Oh, what a delicious story!
Words I had heard almost daily during my junior year at LaSalle Academy, when I had an English course with Mr. Silas Obadiah.
Mr. Obadiah went by many names: Mr. O, Obie, and Obie-Doobie-Doo. He was a short, ageless man with the face of a cherub, who spoke with a thick Nigerian accent. Mr. O was always fairly laid back and he would often giggle like a schoolgirl after he spoke. He was either wrapped in a nice, subdued suit or a vibrant dashiki. He taught English at LaSalle Academy, but was also a full time professor of anthropology at RIC. I don’t actually recall what I learned in his class, but I know he encourage creativity, for which I am grateful.
Mr. O was not a fan of troublemakers or those “pregnant with problems.” I, however, fell into his favor. Mr. O let me get away with writing some ridiculous shit. One time he went out of his way to tell me what a wonderful student I was. Mr. O chirped that I was such a good student, I did not have to adhere to the assigned seating; I could sit anywhere. I asked if I could sit at this desk or that desk or – even – the light fixture.
“Ooooh yes Mr. HaitchPeeea, you can sit on de light fixture. Yeeeees.”
Obie certainly had a way with words. He referred to just about everything as “delicious.” This test was delicious. That student was delicious. Mr. O was delicious. If he caught you peaking at another student’s answers, he would accuse you of “giraffing.” I had a friend in class with a long Italian last name, who had a penchant for making animal noises at random intervals and generally being a bit disruption. Unable to pronounce his last name, Obie would tell him, “Oh, Mr. San Fransisco, you are pregnant with problems.”
LaSalle Academy was a Catholic school and as such, before each class we had a prayer period. Like little teenage robots, we would mutter “Saint John Baptist de LaSalle, pray for us.” Obie would then delight us with some sort of parable that no one would understand, but we all loved to hear. For example, Obie would produce a crude drawing of an onion on the blackboard and utter these meaningful words:
Todaaaaay, I want to praaaaay. For. Dah onion.
See? Da onion. Has many… laaaayers.
That was the entire prayer.
Mr O had stories about everything. Peer pressure, babies, and pigs. I was always a fan of the Tale About The Dog Who Was Almost Hanged.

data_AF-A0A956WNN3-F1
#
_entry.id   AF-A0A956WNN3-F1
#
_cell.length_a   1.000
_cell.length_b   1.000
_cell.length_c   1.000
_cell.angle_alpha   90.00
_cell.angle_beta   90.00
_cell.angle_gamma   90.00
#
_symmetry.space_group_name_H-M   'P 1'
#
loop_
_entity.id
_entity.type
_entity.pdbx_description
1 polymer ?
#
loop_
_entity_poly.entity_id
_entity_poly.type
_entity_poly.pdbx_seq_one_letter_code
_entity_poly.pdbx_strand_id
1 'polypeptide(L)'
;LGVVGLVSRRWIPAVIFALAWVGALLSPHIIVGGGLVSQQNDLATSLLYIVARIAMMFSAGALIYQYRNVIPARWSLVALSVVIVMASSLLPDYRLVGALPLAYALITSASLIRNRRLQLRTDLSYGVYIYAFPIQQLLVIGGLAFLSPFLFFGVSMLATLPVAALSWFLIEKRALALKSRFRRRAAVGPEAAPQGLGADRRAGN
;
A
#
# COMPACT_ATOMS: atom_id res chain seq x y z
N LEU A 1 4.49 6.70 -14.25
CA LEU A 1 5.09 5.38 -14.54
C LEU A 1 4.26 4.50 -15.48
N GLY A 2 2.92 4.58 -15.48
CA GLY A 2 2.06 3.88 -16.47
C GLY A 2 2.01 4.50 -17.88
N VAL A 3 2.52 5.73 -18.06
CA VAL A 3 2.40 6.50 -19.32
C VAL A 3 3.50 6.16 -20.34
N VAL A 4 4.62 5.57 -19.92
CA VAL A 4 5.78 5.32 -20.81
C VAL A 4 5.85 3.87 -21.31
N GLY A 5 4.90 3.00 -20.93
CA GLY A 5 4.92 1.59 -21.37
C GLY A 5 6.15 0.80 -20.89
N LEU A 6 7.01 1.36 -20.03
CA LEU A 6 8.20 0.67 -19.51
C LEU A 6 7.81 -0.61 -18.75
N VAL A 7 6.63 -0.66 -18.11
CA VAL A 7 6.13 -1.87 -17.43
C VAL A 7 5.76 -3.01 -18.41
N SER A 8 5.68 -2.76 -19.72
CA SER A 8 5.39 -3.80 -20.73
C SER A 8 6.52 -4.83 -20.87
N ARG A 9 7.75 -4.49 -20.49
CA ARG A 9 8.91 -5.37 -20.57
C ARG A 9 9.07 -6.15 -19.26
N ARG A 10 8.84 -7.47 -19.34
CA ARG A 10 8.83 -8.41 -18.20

There once was a group of children playing in a village (oh ho ho). And they were so happy and they played and one day they found a puuuuuppy (ooooh). So they played with the puppyyyy. They ran with th’ puppyyy and they played fetch with th’ pupppyyyyyyyyyy.
Then one of th’ little boys said “Oh let’s hang th’ puppy!” And everyone cheered “Yes yes! Hang him hang him!” Little Silas kept saying “No, don’t hang the puppy. No, not the puppy.”
Sooo they hung the puppy.
And Silas came back a minute later and cut him down and him and the puppy were friends forever. So, this is about peer pressure and if you see someone doing drugs: Run. Away.
Another fan favorite story (that no one can seem to quite recall the point of) was about the pig and the baby. The gist was this: a woman set her baby down at a barbecue and a pig ate it. There was also the time that when Obie was at Brown University, where he saw a hawk steal a baby squirrel. He sat there all day and waited, but when the hawk did not bring the baby squirrel back, Obie was sad. This is what we would pray for. Or about? Or against? I think.
Mr. Obadiah’s personal life was a mystery to us. We would ask him about his girlfriend and Mr. O would insist he was married. We would ask him about his wife and Mr. O would insist he was dating a dozen women. Eventually we assumed he was a polygamist. Regardless of his situation, it was impossible to get a straight answer out of him.
Q: Mr. O, it was St Patty’s day yesterday, how much Guinness did you drink?
A: 4 Kegs.
Q: Mr. O, it was Valentine’s day yesterday, what did you do with your girlfriend?
A: She died.
Q: Mr. O, how many babies have you killed?
A: I never counted.
As a sophomore in college, I returned to LaSalle Academy to visit some of my old teachers. I ran into Mr. Obadiah – still as cheery as ever – and had a nice chat. We even traded email addresses, but he never replied to my email. I guess the only solace I have is the Mr. Obadiah Fan Club on Facebook.